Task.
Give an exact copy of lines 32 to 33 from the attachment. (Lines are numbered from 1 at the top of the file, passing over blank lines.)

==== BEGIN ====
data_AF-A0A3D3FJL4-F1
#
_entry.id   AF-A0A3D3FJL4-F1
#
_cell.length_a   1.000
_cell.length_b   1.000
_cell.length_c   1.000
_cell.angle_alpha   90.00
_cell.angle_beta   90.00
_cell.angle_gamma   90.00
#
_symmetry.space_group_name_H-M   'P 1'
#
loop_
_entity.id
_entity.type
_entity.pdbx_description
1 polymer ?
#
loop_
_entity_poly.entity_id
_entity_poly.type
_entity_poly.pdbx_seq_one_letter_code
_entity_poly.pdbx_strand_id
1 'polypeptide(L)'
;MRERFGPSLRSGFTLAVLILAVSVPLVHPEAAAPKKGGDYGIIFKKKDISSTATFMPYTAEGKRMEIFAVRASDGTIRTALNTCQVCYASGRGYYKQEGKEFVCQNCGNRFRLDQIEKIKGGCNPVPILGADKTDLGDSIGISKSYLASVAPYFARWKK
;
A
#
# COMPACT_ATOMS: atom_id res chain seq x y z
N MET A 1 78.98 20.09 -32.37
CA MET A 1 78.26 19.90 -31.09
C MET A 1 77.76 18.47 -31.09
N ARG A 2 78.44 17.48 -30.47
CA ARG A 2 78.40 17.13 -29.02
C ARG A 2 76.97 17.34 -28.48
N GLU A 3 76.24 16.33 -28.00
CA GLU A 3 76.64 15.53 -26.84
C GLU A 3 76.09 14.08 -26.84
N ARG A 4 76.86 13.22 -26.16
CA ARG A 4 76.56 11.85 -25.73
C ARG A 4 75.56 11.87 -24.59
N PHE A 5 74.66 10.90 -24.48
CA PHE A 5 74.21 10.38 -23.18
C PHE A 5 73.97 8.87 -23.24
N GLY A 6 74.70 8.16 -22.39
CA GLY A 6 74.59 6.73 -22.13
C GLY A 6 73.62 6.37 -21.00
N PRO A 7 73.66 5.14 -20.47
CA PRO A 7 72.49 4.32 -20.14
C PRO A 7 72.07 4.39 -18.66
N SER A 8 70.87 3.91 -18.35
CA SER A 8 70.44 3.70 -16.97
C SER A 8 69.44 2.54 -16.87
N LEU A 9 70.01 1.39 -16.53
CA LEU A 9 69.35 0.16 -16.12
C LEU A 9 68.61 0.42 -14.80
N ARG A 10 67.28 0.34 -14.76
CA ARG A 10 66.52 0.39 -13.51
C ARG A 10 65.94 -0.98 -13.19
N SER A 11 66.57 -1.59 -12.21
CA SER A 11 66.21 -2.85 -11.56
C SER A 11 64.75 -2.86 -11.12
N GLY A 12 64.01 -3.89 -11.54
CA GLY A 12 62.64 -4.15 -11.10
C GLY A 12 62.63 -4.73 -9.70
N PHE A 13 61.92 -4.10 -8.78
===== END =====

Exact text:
CA MET A 1 78.26 19.90 -31.09
C MET A 1 77.76 18.47 -31.09